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Before it Melts: Secrets to Photographing Ice Cream Commercially


EOS 5D Mark III, EF 24-70mm f/2.8 L USM, f/4, ISO 100, 1/160s, 70mm 

Continuing our series on clever food substitutions (like the Commercial Cheese Pull Photography Guide here), discover how ice cream is cleverly substituted and photographed without the mess! Nevena Gulic of @everybiteyoutake takes us through her process for shooting this favourite dessert under warm lights. 


Tools required 

Equipment required for the ice cream shoot includes: 

  • Camera setup
  • Tripod
  • Combination of artificial (continuous, strobes, speedlites) and natural light
  • Light diffusers such as softboxes, diffusers, umbrellas
  • Laptop with EOS Utility app for tethered shooting
  • Interesting backdrops and surface areas to complement the product
  • Props for the shoot to create the right mood, styling and composition
  • Bowls, mixing tools and ice cream scoops

Food material and food substitution requirements:

  •  Instant mashed potato mixture
  • Food colouring
  • Water
  • Cone wafers
  • Glycerine and water mix

The image we’re attempting


EOS 5D Mark III, EF 24-70mm f/2.8 L USM, f/3.5, ISO 100, 1/30s, 45mm 

I have opted to use chocolate-flavoured ice cream against a light background to create that homey and comforting vibe of a bowlful of treats at home. It is always good to have complementary and neutral colours in the frame to balance it out. It’s also important not to overcrowd the scene, allowing enough negative space for the viewers to rest their eyes. 

The photography styling was made to be light, which I feel is the perfect scene to present a joyful dessert like ice cream. 

I have also used linen fabric to provide additional texture that complements the ice cream. This created an interesting point of view leading to the subject. 


Step 1: The setup 

  • Continuous LED in an octagon softbox was used as a fill light positioned at 25-30 degrees
  • Canon 600EX-RT Speedlite in a bounce umbrella with a diffuser on the right as the key light
  • White bounce card next to the camera to increase highlights of the product by reflecting key light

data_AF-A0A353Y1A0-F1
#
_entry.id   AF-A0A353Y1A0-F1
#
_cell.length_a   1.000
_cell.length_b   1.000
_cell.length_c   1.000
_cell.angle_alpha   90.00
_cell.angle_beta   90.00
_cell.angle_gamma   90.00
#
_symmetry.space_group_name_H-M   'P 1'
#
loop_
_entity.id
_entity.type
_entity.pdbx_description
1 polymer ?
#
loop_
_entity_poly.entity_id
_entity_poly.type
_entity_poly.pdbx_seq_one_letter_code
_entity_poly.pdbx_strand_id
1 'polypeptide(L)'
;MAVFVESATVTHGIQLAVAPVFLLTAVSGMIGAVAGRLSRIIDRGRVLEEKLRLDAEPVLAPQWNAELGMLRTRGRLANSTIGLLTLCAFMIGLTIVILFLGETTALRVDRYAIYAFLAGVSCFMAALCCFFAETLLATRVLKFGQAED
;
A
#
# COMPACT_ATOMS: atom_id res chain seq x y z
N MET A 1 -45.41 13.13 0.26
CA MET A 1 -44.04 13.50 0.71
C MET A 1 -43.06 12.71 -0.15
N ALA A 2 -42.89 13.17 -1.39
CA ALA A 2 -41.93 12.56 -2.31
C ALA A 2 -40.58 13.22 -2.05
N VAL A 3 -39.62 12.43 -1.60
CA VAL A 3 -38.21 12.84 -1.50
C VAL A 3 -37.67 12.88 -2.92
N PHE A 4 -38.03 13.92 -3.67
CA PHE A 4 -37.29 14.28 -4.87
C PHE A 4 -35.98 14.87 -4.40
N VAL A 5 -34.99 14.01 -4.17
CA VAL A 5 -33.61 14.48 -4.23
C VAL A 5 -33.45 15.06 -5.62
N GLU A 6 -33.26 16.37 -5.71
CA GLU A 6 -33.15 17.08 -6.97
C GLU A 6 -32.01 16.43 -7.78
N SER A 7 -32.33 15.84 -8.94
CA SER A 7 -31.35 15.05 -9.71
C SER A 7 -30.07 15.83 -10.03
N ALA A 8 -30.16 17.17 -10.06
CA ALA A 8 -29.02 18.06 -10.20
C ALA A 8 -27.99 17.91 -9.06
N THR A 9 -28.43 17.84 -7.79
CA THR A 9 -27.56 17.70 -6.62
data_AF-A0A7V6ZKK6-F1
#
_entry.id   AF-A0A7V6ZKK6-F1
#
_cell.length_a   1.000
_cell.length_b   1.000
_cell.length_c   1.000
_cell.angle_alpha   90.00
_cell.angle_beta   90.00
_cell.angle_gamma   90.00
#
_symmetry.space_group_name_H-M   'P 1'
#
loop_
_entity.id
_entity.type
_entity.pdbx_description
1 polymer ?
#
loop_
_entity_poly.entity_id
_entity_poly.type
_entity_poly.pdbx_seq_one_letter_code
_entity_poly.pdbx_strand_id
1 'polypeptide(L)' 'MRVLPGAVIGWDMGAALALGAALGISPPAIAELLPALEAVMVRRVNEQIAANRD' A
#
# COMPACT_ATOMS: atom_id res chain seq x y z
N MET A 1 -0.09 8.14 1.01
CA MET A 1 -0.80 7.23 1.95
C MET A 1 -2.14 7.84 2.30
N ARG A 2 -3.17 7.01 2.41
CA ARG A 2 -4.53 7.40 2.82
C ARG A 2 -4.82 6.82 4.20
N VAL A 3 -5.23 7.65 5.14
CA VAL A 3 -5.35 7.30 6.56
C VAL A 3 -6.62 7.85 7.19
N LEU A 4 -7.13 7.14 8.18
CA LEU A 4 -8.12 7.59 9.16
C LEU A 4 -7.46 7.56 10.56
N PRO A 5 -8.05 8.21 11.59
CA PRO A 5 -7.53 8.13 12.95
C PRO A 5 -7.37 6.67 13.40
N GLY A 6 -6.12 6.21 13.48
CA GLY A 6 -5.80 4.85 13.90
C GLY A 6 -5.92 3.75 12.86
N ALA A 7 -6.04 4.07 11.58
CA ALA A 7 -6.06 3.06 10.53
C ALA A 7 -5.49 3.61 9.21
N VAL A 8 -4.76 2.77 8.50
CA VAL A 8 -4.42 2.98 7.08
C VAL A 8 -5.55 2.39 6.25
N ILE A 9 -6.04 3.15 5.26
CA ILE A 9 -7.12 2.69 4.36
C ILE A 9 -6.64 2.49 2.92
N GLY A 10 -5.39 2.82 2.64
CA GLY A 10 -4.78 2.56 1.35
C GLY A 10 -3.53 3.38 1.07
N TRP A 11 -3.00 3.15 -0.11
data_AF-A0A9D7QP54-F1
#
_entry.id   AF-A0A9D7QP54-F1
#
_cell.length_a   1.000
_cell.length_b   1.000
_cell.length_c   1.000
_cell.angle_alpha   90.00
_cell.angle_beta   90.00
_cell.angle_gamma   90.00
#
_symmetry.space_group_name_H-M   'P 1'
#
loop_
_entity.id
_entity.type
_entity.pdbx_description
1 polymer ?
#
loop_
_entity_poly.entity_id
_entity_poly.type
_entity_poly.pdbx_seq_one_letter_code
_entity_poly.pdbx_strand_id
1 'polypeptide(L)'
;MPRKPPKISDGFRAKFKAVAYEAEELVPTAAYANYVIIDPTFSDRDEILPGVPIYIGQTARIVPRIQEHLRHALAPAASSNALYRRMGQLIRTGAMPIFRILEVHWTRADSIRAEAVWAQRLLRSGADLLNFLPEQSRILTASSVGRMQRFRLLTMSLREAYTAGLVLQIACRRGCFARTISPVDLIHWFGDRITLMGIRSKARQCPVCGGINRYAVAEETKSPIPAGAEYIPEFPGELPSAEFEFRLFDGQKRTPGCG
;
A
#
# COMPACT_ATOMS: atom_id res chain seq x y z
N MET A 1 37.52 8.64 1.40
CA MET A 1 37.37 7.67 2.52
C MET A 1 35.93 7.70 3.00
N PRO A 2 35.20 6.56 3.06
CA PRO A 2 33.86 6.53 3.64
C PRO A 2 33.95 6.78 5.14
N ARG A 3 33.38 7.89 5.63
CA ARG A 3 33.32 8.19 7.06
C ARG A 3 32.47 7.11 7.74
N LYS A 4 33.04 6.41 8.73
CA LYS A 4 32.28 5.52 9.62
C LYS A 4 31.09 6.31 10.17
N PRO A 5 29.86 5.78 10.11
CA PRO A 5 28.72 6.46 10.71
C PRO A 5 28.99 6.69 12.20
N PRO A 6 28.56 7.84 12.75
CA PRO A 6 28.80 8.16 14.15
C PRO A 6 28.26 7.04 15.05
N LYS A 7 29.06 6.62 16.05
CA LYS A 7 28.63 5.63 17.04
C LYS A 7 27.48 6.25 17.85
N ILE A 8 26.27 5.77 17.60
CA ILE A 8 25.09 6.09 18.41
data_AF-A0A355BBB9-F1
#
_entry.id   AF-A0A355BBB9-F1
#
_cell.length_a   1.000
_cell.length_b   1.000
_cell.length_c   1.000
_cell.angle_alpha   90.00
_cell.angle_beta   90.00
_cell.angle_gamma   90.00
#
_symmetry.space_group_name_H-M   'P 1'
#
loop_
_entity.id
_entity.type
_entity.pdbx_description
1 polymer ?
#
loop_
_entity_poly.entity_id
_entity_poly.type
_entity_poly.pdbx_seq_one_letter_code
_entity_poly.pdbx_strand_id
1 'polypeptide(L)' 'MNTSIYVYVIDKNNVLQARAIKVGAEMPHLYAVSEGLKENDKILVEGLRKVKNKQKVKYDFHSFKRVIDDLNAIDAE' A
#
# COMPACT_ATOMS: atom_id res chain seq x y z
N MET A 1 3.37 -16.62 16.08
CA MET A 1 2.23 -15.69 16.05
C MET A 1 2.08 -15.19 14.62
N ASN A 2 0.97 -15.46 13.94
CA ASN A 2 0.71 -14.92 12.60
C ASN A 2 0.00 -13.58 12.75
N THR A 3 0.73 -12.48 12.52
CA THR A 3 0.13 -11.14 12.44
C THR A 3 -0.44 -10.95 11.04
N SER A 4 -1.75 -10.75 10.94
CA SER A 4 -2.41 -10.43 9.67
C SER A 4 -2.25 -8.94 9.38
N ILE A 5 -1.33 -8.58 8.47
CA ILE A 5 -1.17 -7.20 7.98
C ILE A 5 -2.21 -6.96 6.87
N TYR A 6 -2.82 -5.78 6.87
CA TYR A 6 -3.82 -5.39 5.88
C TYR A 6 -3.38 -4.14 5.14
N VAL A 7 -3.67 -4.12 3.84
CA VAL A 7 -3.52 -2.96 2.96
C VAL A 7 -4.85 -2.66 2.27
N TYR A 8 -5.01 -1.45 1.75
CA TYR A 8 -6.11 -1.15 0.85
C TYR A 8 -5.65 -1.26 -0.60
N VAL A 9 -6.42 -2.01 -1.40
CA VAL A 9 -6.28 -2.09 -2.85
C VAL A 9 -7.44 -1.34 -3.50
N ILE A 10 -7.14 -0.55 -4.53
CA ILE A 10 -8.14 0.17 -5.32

The camera was positioned either directly in front of the subject or slightly left from the midline.

It’s always preferable to have more than one light source to get better fill and highlights. In my scenes for the key light, I have used either natural light through the window or Canon Speedlite flash. For the fill light, I have used a combination of continuous LED light and white bounce cards for additional highlights. 

You can also use a combination of speedlite and natural light to get a perfect image. Keep in mind that continuous lighting is usually never as strong as natural or strobe/flashlight, hence limiting its usage in photography, especially as a key light. 

I prefer to shoot tethered with the EOS Utility app. It is a great way to capture and see the image on a larger screen to evaluate and adjust the minute details. 

Common mistakes to avoid:  

  • Don’t clutter the scene as it will overpower the main subjects
  • Make sure to create enough contrast and separation from the background

Step 2: Creating your ice cream

I added food colouring to mashed potato flakes to achieve the right consistency and look. 

A benefit of using mashed potato as a substitute for ice cream is it doesn’t melt, allowing you to style it the way you want, giving you ample time to fine-tune the details and get the perfect shot without the fear of ice cream melting.

This is especially important when the shooting environment is warmer as ice cream will start melting almost immediately. Melted ice cream will affect your ability to capture the perfect shot.

To achieve the desired colour, I have used food colouring. I have decided to aim for a rich, milk chocolate brown. For extra magic, I’ve added in a scoop of milk chocolate drops.  


Tip: Get the perfect ice cream consistency by adding just a little bit of water every time to the mixture. A slightly ‘dry look’ will help you achieve the crater effect. Food colouring should also be added in at the beginning as it will be harder to get equal distribution throughout the mixture if it is added later. 

I recommend dipping the ice cream scoop into water between scooping the mixture to get a more realistic surface texture. To get the scoops more stable on the cone wafers, I have added toothpicks to support the potato balls (ice cream) from the bottom of the cone. 


EOS 5D Mark III, EF 24-70mm f/2.8 L USM, f/5, ISO 100, 1/80s, 46mm 

Remember: food photography looks best with accurate colours. Read here to learn how to photograph colours accurately! 


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Nevena Gulic

Nevena Gulic
Nevena Gulic is an international award-winning photographer from Sydney, Australia. Nevena specialises in commercial food and product photography. Her clients range from international franchise networks and mid-size businesses to micro-businesses. She strives to style and capture the moment and emotion as if an individual is there admiring the masterpiece, ready to take a bite or a sip. She sees every dish and product as a story that needs to be told through the right combination of lighting, texture, styling and composition.